French are skipping the bread?

An entire civilization if about to fall flat. It seems that bread consumption in France has been decreasing and is about half of what it was in 1970 and just one-sixth what it was a century ago.

The average Frenchman these days eats only half a baguette a day compared with almost a whole baguette in 1970 and more than three in 1900. Women, still the main shoppers in most families, eat about a third less than men, and young people almost 30 percent less than a decade ago.

The bakers and others in the bread industry are not taking this sitting down. “Got Milk?” You’ve heard or seen those promotion, right? It has been an extremely successful campaign for the dairy industry here in the US. Now it seems that, in so many words, the French bakers are asking “Got Bread?

When we visited Paris a few years ago there were bakeries everywhere. We loved to pop in, order a quick sandwich made with a fresh baguette and be on our way to see and photograph the sights. It was a cheap lunch! But, times are changing even in a country with as many traditions as France.

“Eating habits are changing,” said Bernard Valluis, a co-president of the [bakers’ and millers’] lobby. “People are too busy or work too late to go to the bakery. Teenagers are skipping breakfast.

To combat these changes The bakers’ and millers’ emphasize a number of things.

The campaign’s Web site,, explains that “France is a ‘civilization of bread’ and this food is part of the traditional meal ‘à la française.’ ”

Bread is described as healthy and useful in avoiding weight gain. “It is rich in vegetal protein and fiber and low in fat; glucides are a source of energy,” the Web site says, using the French word for carbohydrate.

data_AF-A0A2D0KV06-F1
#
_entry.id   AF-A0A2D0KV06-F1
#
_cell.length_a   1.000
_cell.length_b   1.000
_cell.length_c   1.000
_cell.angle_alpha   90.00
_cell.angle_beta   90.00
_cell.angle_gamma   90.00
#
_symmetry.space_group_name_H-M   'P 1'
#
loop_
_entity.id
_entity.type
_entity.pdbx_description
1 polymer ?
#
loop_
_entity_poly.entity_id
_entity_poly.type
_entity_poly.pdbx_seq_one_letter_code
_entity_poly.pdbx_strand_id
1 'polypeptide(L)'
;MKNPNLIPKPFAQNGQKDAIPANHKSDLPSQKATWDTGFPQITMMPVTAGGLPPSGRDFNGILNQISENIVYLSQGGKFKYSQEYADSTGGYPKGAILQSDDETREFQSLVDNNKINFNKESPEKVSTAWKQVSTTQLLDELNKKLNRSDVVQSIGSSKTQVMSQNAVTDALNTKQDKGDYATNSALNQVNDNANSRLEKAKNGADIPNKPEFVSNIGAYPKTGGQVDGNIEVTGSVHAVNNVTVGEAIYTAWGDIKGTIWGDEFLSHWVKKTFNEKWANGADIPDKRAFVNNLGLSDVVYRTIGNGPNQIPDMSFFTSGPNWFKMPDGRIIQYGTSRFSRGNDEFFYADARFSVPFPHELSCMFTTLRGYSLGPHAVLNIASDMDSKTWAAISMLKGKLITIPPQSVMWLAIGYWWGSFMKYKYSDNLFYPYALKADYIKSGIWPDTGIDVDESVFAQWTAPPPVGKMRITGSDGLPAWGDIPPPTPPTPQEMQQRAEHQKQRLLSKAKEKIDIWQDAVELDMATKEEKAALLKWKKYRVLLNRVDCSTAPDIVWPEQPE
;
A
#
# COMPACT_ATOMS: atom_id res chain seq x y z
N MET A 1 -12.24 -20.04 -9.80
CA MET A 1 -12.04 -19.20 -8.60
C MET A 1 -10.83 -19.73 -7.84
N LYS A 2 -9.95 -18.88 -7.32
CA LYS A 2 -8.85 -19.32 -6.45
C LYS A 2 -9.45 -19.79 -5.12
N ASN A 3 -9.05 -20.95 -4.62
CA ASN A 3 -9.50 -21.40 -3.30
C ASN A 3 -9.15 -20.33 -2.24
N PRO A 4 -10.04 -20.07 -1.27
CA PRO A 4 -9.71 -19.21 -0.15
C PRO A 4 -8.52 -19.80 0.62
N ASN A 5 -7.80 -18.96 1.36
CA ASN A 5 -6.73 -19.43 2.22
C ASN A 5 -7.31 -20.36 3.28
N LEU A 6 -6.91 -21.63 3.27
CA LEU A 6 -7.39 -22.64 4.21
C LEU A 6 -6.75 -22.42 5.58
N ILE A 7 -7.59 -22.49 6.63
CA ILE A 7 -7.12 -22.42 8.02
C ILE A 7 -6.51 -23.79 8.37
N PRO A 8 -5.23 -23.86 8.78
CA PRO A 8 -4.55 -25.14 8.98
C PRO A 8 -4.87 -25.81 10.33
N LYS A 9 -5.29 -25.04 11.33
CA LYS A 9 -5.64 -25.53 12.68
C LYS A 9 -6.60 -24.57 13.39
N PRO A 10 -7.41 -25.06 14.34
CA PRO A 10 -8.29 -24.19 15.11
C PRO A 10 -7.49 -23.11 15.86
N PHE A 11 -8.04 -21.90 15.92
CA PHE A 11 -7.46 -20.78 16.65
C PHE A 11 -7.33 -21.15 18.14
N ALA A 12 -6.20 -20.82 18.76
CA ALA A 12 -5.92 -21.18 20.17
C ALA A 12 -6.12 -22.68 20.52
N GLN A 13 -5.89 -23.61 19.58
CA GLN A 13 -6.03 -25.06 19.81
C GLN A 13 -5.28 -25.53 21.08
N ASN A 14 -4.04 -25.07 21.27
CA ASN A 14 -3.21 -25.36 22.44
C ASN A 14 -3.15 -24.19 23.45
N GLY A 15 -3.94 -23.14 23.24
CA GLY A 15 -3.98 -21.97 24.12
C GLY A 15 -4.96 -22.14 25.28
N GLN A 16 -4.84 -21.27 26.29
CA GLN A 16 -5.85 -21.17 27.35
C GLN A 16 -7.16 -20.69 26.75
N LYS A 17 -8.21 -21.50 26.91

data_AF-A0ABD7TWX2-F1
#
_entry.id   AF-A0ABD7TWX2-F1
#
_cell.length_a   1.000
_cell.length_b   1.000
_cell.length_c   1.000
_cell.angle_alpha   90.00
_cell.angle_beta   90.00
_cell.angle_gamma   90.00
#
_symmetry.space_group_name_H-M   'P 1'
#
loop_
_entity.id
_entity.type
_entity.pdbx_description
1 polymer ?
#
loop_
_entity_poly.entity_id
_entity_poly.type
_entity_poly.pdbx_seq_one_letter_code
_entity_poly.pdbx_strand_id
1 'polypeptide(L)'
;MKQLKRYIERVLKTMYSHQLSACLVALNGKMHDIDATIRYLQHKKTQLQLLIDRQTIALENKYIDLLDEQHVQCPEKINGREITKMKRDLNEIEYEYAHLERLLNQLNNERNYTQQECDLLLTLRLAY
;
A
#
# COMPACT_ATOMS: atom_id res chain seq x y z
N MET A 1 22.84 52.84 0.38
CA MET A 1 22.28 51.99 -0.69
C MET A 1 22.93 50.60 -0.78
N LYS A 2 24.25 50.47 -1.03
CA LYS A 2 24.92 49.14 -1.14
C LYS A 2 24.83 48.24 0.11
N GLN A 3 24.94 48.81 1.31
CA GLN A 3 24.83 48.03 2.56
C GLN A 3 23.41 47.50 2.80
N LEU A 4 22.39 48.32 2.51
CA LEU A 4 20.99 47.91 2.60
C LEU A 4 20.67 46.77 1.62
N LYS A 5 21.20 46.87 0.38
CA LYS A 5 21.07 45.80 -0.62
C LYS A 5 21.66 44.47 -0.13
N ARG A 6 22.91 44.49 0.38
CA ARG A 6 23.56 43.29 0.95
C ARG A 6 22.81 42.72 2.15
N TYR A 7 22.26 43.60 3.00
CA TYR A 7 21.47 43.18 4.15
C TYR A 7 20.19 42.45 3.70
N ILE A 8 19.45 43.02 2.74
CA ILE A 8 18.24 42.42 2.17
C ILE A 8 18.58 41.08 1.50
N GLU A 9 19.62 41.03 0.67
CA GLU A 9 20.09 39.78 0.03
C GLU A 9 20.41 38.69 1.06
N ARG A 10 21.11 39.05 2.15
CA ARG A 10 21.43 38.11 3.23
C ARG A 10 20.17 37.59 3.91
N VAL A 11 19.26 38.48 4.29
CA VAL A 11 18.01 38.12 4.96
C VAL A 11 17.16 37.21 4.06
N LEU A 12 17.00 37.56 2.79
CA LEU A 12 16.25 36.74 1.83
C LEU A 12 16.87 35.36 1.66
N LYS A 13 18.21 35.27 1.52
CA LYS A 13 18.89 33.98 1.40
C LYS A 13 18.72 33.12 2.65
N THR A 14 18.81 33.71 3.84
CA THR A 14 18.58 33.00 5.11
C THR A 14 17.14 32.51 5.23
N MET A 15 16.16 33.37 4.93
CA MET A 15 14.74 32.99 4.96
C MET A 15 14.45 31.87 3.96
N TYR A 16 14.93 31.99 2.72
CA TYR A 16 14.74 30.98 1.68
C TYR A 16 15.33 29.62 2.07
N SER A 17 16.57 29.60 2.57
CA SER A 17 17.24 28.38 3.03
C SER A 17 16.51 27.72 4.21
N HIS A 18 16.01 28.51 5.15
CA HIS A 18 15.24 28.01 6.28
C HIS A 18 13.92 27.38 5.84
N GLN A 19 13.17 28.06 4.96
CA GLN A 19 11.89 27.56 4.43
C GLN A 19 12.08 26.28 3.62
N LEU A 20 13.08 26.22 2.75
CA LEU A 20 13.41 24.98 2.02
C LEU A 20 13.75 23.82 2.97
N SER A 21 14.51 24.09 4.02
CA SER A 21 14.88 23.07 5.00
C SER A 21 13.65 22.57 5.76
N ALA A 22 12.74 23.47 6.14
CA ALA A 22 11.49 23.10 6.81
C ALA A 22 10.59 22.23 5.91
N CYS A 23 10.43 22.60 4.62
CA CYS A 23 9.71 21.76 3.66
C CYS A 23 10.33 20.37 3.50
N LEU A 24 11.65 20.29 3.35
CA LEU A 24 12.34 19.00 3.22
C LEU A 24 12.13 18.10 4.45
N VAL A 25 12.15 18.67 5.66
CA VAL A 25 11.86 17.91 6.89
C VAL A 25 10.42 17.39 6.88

If people on diets want “to avoid giving in to something with fat and sugar, bread is there,” it says. “Its satiating effect allows you to wait for the next meal.”

Then there is the congeniality effect: “Remember that buying fresh bread on the way home is a simple way of showing loved ones that you have thought about them and of giving them pleasure during the day.”

A national bread festival is held every May around the feast of Saint Honoré (the patron saint of bakers) so that the French can sample different breads, learn how bread is made and even learn how to become a baker.

And Paris holds an annual contest to select the city’s best artisanal baguette maker, with the winner’s breads then gracing the tables of President François Hollande at the Élysée Palace for a year. In April, after an afternoon of tasting 152 baguettes, the jury chose Ridha Khadher, who left Tunisia as a teenager 24 years ago to become a baker in France.

The trend however is clear and strong.

Bread is ceding its place on the table to rivals like breakfast cereals, pasta and rice. France may still enjoy the highest density of independent bakeries in the world (32,000), but in 1950 there were 54,000.

According to Steven L. Kaplan, an American historian whom even the French consider the world’s foremost authority on French bread, breadmaking has followed two trends in the last century: a steady decline in the quality of most products, and the emergence of a new breed of artisanal bakers devoted to excellence and tradition.

The decline in quality started in 1920 with the transition from slow breadmaking with a sourdough base to a quick process using yeast. Mechanization in the 1960s contributed to the making of bread that lacked taste and aroma.

As usual, Big Government is “here to help.”

… in 1993, the government came to the rescue with a decree that created a special designation: “the bread of French tradition.” That bread has to be made exclusively with flour, salt, water and leavening — no additives.

The “tradition,” as it is called, is more expensive than the ordinary baguette, which uses additives, a fast-rising process and mechanization, and accounts for about 75 percent of the country’s bread sales.

And, as most people will acknowledge raising the cost of a good reduces the quantity demands. Thank you, Mr Big Government. And, the bakers’ and millers’ campaign doesn’t seem likely to boost bread consumption.

Both Mr. Levin and Mr. Kaplan, the historian, say the bread lobby’s campaign is more cuckoo than coucou.

“My quality has never been better,” Mr. Levin said. “My business, too.”

Mr. Kaplan was more critical. “This campaign looks like the inside of a white baguette: insipid,” he said. “It’s asking people to buy bread as part of their routine, like washing your hands or brushing your teeth. We need to talk about bread as an object of pleasure. We need to celebrate breads that make your taste buds dance.”


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